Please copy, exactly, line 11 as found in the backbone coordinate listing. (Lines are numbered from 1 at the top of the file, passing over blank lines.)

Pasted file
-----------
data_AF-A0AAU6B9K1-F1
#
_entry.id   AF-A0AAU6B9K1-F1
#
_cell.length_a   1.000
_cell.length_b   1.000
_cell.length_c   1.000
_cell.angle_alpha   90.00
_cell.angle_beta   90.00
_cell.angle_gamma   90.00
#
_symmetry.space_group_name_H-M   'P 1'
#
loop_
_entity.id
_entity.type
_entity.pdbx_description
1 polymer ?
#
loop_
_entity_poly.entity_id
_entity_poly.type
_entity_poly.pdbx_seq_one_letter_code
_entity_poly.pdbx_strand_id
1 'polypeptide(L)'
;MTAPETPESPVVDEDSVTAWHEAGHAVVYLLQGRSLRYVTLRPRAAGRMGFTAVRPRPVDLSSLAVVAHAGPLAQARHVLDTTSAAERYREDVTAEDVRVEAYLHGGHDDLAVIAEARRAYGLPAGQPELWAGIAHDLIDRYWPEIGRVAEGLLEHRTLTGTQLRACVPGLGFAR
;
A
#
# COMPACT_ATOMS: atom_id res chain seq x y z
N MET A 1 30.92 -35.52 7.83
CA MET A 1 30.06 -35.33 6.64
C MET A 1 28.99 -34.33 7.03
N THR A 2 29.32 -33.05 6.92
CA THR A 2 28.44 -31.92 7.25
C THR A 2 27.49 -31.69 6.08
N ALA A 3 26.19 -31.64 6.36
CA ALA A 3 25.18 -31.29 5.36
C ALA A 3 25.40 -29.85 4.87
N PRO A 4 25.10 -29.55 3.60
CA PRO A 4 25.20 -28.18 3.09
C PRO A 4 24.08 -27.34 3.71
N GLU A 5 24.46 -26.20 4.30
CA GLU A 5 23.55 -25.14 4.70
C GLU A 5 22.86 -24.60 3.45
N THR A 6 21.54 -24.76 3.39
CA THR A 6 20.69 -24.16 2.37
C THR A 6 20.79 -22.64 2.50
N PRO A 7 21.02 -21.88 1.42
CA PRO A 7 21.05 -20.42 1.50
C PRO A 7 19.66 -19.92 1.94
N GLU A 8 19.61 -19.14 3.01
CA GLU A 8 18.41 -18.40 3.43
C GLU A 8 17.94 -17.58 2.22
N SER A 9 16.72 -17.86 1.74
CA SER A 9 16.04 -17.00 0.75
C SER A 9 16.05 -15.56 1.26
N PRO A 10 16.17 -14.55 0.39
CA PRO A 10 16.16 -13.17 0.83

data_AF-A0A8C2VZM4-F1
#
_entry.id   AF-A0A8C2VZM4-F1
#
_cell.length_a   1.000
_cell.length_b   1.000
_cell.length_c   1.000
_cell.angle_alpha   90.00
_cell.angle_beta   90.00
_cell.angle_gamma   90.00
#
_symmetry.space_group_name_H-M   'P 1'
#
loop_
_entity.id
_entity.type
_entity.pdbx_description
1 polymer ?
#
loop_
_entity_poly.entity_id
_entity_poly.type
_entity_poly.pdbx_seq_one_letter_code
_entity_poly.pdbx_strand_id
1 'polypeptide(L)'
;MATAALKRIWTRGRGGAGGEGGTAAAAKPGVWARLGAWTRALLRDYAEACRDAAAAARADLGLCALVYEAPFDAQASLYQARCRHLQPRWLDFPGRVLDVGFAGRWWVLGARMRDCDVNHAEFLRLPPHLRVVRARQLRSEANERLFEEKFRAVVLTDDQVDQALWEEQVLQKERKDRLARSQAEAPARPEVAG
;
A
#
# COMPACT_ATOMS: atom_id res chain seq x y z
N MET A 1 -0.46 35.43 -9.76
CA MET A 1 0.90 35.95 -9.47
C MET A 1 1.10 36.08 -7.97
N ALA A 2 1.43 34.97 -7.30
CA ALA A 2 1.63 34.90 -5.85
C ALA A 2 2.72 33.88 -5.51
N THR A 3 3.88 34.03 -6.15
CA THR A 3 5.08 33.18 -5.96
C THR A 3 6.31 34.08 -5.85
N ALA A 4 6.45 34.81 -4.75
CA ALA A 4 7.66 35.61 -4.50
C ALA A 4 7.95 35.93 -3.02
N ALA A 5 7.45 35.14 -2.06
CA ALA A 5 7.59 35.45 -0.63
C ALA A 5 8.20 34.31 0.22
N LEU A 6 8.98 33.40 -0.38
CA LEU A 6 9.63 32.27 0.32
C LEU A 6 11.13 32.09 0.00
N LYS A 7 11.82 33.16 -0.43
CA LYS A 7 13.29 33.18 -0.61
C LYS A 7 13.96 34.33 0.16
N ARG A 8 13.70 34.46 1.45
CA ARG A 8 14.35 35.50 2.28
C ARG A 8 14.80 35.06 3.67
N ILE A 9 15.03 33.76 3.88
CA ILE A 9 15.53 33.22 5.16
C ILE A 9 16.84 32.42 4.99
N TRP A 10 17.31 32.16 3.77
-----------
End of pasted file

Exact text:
#